In Helix Energy Sols. Grp., Inc. v. Hewitt, 143 S. Ct. 677 (2023), the Supreme Court held that the salary-basis test for certain exemptions to the Fair Labor Standards Act is not met when the employee at issue is paid a day rate, even when the day rate exceeds the required minimum weekly salary level. More specifically, the Department of Labor regulation setting out the salary-basis test requires predetermined weekly compensation for the FLSA’s overtime exemption for executive employees. The Court held that this rule applies only to employees paid by the week or longer, and therefore is not met when an employer pays an employee by the day. The case is important because, inter alia, it shows that even highly compensated employees can be entitled to overtime pay if they are not paid on a salary basis.
Statutory and Regulatory Background – FLSA Exemptions and the Salary Basis Test
Relevant to the decision in Helix, Section 213(a)(1) of the Fair Labor Standards Act provides an exemption from its minimum wage and overtime requirements for employees who qualify as bona fide executive, administrative, or professional employees:
Minimum wage and maximum hour requirements
The provisions of sections 206 … and 207 of this title shall not apply with respect to—
any employee employed in a bona fide executive, administrative, or professional capacity (including any employee employed in the capacity of academic administrative personnel or teacher in elementary or secondary schools) …
The Court in Helix Energy further explained that under Department of Labor regulations, an employee is considered a bona fide “executive” under this exemption if the employee meets three tests:
(1) the “salary basis” test, which requires that an employee receive a predetermined and fixed salary that does not vary with the amount of time worked;
(2) the “salary level” test, which requires that preset salary to exceed a specified amount; and
(3) the job “duties” test.
Helix Energy, 143 S. Ct. 677, 678 (citing 84 Fed. Reg. 51230).
The Court further observed that the Department of Labor implemented the bona fide executive exemption through two different rules. One is the “general rule for executive employees,” which at the time of the facts in Helix applied to employees making less than $100,000 per year. 29 C.F.R. §§ 541.100; 541.601(a), (b)(1). A different rule sets out the exemption criteria for “highly compensated employees” (HCEs) who at the time of the facts in Helix were employees who made at least $100,000 per year. 541.601(a), (b)(1). (The HCE salary threshold was later increased to $ 107,432. Id.). Helix Energy, 143 S. Ct. 677, 678, 683-84.
The Court pointed out that the general rule considers employees to be FLSA-exempt executives when they meet the following criteria:
“Compensated on a salary basis” (called the “salary-basis” test); “at a rate of not less than $455 per week” (called the “salary-level” test) (after the facts in Helix Energy, that weekly amount was later increased to $684);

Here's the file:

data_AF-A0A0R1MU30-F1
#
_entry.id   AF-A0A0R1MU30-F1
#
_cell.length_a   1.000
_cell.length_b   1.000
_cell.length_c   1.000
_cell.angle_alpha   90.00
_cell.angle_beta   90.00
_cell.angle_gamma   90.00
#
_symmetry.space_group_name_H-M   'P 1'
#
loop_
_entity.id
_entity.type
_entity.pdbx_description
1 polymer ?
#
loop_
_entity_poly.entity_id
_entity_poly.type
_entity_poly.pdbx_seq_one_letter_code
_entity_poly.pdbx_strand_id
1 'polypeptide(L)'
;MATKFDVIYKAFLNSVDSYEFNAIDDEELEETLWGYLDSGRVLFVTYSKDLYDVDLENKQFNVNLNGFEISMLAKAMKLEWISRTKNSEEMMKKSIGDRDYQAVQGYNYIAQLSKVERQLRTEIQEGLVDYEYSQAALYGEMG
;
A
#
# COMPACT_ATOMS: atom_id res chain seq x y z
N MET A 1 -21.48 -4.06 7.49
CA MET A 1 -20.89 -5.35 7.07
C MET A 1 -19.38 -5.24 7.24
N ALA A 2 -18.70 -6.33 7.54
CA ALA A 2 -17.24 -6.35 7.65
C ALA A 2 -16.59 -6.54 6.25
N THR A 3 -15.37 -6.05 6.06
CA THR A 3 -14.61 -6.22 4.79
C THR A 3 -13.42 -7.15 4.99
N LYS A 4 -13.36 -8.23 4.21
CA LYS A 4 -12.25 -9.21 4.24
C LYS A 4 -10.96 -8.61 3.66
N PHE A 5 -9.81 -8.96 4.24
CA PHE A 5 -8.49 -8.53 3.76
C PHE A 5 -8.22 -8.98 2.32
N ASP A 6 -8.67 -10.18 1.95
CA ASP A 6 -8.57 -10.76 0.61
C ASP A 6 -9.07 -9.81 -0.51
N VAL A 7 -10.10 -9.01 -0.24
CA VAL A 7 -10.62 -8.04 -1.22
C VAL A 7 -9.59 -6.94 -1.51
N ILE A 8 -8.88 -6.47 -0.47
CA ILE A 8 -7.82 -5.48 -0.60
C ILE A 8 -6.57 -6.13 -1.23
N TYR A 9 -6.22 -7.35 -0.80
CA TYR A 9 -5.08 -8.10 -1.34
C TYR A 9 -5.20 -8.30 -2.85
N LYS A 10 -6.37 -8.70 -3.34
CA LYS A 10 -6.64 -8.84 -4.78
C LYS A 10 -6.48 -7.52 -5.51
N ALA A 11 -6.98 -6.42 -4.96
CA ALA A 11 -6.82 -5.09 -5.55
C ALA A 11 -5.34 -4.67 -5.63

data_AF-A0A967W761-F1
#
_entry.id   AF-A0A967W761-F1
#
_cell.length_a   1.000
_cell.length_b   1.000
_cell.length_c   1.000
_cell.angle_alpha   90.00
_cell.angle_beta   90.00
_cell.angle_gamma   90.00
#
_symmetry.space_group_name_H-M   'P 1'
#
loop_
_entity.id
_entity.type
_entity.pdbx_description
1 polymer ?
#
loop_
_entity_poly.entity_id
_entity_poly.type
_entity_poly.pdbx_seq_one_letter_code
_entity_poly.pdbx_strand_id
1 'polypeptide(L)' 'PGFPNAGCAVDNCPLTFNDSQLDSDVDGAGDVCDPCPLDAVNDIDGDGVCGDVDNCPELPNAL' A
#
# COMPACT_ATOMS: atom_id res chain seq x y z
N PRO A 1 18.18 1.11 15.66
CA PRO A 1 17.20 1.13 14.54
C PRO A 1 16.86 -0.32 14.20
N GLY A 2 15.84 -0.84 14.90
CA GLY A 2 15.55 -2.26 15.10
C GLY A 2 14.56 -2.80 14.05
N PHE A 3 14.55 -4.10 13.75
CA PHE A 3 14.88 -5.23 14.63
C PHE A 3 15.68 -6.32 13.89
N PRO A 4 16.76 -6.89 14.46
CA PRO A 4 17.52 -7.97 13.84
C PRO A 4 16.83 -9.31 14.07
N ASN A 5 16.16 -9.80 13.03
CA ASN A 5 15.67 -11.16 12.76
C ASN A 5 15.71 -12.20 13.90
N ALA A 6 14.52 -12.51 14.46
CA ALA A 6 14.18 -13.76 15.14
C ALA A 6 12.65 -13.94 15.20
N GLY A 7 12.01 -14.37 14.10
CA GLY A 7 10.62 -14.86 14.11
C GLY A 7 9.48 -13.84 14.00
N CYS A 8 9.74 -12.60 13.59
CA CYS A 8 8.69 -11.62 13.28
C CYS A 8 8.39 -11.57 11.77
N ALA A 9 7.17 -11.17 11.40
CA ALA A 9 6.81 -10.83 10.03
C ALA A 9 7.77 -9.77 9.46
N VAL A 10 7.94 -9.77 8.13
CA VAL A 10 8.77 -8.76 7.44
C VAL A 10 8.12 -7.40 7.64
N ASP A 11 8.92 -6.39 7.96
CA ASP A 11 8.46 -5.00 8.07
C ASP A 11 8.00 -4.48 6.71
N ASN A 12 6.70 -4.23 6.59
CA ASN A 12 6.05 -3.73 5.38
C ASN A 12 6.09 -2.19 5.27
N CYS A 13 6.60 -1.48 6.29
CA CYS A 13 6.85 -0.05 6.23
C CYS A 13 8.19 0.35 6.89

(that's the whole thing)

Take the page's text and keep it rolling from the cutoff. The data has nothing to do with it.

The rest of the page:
Whose primary duty is management of the enterprise in which the employee is employed or of a customarily recognized department or subdivision thereof;
Who customarily and regularly directs the work of two or more other employees; and
Who has the authority to hire or fire other employees or whose suggestions and recommendations as to the hiring, firing, advancement, promotion or any other change of status of other employees are given particular weight.
The Court noted that the HCE rule relaxes only the duties test, while keeping the same salary-basis and salary-level tests. “In the HCE rule, the duties test becomes easier to satisfy: an employee must “regularly perform[ ]” just one (not all) of the three responsibilities listed in the general rule.” 143 S. Ct. 677, 678, 683 (citing § 541.601(a); and 69 Fed. Reg. 22174 (2004) (explaining that the HCE rule uses a “more flexible duties standard” and thus leads to more exemptions)).
From 2014-2017, Hewitt worked for Helix Energy as a “toolpusher” on an offshore oil rig. Helix paid Hewitt on a daily-rate basis, with no overtime compensation. The daily rate ranged, over the course of his employment, from $963 to $1,341 per day. Under this compensation scheme, Helix paid Hewitt over $200,000 annually. 143 S. Ct. 677, 678, 684.
Hewitt filed suit against Helix for failure to pay him overtime compensation. Helix argued that he was an FLSA-exempt executive or highly compensated employee. 143 S. Ct. 677, 678, 684-85.
In Helix, the question for the Court whether the employee Hewitt was an FLSA-exempt executive not entitled to overtime pay. This question turned solely on whether Hewitt was paid on a salary basis. More specifically, the issue for the Court was whether the salary basis test is met when an employee is paid a day rate that exceeds the minimum weekly salary threshold. 143 S. Ct. 677, 678, 684-85.
The Court’s Decision; Salary Basis Regulations
The Court held that Hewitt was not paid on a salary basis, and therefore was not exempt from the FLSA’s overtime requirements.